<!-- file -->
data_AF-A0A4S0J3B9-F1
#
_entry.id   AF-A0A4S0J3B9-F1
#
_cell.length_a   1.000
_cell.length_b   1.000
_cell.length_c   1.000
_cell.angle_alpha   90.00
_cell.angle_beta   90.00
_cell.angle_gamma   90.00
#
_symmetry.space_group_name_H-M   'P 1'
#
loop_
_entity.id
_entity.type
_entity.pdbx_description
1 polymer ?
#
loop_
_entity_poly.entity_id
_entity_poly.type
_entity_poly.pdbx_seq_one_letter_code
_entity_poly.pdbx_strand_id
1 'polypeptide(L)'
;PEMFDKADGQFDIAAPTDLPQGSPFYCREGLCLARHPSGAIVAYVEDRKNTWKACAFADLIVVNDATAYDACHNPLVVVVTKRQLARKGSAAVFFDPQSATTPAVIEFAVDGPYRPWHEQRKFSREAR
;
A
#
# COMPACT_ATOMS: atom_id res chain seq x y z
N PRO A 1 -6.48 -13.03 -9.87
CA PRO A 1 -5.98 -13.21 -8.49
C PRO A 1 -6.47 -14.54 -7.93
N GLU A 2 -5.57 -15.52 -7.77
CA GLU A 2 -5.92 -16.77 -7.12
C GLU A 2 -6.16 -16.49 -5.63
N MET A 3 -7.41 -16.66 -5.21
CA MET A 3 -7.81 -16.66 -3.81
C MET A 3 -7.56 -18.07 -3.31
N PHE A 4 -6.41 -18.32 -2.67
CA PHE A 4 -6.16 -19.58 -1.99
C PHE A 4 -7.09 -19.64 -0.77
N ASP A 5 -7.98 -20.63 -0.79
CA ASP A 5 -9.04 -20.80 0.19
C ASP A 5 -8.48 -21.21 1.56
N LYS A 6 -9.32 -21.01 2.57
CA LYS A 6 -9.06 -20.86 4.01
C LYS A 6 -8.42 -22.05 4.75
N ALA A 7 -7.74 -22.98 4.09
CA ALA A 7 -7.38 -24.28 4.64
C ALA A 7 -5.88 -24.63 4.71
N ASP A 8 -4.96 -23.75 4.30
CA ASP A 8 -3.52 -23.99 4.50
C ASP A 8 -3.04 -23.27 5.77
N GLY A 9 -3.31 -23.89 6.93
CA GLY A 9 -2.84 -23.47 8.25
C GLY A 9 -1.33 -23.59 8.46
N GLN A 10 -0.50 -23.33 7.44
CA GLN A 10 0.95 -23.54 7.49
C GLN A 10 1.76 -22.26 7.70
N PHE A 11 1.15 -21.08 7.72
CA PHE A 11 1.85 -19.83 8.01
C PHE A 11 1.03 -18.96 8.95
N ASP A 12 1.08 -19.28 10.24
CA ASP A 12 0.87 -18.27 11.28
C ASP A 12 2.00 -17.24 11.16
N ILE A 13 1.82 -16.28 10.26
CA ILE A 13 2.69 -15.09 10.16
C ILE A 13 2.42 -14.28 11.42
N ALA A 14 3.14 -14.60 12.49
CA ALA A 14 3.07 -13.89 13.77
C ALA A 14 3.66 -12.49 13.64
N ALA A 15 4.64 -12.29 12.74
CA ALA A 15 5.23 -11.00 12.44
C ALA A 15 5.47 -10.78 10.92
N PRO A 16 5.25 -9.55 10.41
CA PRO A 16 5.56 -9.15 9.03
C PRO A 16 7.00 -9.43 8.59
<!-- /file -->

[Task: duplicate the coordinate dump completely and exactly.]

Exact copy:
data_AF-A0A4S0J3B9-F1
#
_entry.id   AF-A0A4S0J3B9-F1
#
_cell.length_a   1.000
_cell.length_b   1.000
_cell.length_c   1.000
_cell.angle_alpha   90.00
_cell.angle_beta   90.00
_cell.angle_gamma   90.00
#
_symmetry.space_group_name_H-M   'P 1'
#
loop_
_entity.id
_entity.type
_entity.pdbx_description
1 polymer ?
#
loop_
_entity_poly.entity_id
_entity_poly.type
_entity_poly.pdbx_seq_one_letter_code
_entity_poly.pdbx_strand_id
1 'polypeptide(L)'
;PEMFDKADGQFDIAAPTDLPQGSPFYCREGLCLARHPSGAIVAYVEDRKNTWKACAFADLIVVNDATAYDACHNPLVVVVTKRQLARKGSAAVFFDPQSATTPAVIEFAVDGPYRPWHEQRKFSREAR
;
A
#
# COMPACT_ATOMS: atom_id res chain seq x y z
N PRO A 1 -6.48 -13.03 -9.87
CA PRO A 1 -5.98 -13.21 -8.49
C PRO A 1 -6.47 -14.54 -7.93
N GLU A 2 -5.57 -15.52 -7.77
CA GLU A 2 -5.92 -16.77 -7.12
C GLU A 2 -6.16 -16.49 -5.63
N MET A 3 -7.41 -16.66 -5.21
CA MET A 3 -7.81 -16.66 -3.81
C MET A 3 -7.56 -18.07 -3.31
N PHE A 4 -6.41 -18.32 -2.67
CA PHE A 4 -6.16 -19.58 -1.99
C PHE A 4 -7.09 -19.64 -0.77
N ASP A 5 -7.98 -20.63 -0.79
CA ASP A 5 -9.04 -20.80 0.19
C ASP A 5 -8.48 -21.21 1.56
N LYS A 6 -9.32 -21.01 2.57
CA LYS A 6 -9.06 -20.86 4.01
C LYS A 6 -8.42 -22.05 4.75
N ALA A 7 -7.74 -22.98 4.09
CA ALA A 7 -7.38 -24.28 4.64
C ALA A 7 -5.88 -24.63 4.71
N ASP A 8 -4.96 -23.75 4.30
CA ASP A 8 -3.52 -23.99 4.50
C ASP A 8 -3.04 -23.27 5.77
N GLY A 9 -3.31 -23.89 6.93
CA GLY A 9 -2.84 -23.47 8.25
C GLY A 9 -1.33 -23.59 8.46
N GLN A 10 -0.50 -23.33 7.44
CA GLN A 10 0.95 -23.54 7.49
C GLN A 10 1.76 -22.26 7.70
N PHE A 11 1.15 -21.08 7.72
CA PHE A 11 1.85 -19.83 8.01
C PHE A 11 1.03 -18.96 8.95
N ASP A 12 1.08 -19.28 10.24
CA ASP A 12 0.87 -18.27 11.28
C ASP A 12 2.00 -17.24 11.16
N ILE A 13 1.82 -16.28 10.26
CA ILE A 13 2.69 -15.09 10.16
C ILE A 13 2.42 -14.28 11.42
N ALA A 14 3.14 -14.60 12.49
CA ALA A 14 3.07 -13.89 13.77
C ALA A 14 3.66 -12.49 13.64
N ALA A 15 4.64 -12.29 12.74
CA ALA A 15 5.23 -11.00 12.44
C ALA A 15 5.47 -10.78 10.92
N PRO A 16 5.25 -9.55 10.41
CA PRO A 16 5.56 -9.15 9.03
C PRO A 16 7.00 -9.43 8.59